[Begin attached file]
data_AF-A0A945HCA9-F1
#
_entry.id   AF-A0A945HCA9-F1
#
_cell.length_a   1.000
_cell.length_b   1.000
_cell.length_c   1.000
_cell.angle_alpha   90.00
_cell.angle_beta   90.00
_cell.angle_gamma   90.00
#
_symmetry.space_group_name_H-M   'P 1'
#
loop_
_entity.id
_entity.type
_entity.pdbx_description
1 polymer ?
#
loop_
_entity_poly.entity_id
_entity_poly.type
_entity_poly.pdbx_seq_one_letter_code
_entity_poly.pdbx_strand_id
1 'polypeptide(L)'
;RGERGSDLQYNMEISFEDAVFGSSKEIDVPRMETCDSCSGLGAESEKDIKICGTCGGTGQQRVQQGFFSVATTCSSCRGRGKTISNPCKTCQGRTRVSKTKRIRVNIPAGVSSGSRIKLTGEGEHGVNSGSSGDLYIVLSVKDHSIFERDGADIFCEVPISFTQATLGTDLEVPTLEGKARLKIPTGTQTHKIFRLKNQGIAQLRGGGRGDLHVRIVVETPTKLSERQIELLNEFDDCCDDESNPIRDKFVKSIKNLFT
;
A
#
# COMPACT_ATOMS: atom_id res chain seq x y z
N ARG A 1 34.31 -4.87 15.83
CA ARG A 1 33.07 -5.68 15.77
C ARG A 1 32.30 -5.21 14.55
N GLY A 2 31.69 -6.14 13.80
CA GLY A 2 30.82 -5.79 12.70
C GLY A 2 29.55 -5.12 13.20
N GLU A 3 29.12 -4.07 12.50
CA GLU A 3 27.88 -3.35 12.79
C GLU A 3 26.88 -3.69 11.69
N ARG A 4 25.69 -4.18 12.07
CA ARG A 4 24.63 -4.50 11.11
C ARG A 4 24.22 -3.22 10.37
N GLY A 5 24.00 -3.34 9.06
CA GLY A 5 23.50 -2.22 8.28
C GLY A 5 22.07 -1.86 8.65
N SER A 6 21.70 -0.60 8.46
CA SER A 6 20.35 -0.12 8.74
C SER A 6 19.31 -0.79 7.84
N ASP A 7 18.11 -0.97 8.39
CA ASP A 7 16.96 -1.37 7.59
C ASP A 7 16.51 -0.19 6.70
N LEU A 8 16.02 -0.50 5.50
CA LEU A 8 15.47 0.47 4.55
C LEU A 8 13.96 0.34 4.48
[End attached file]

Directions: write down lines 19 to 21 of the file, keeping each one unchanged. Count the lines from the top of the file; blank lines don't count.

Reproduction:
#
loop_
_entity_poly.entity_id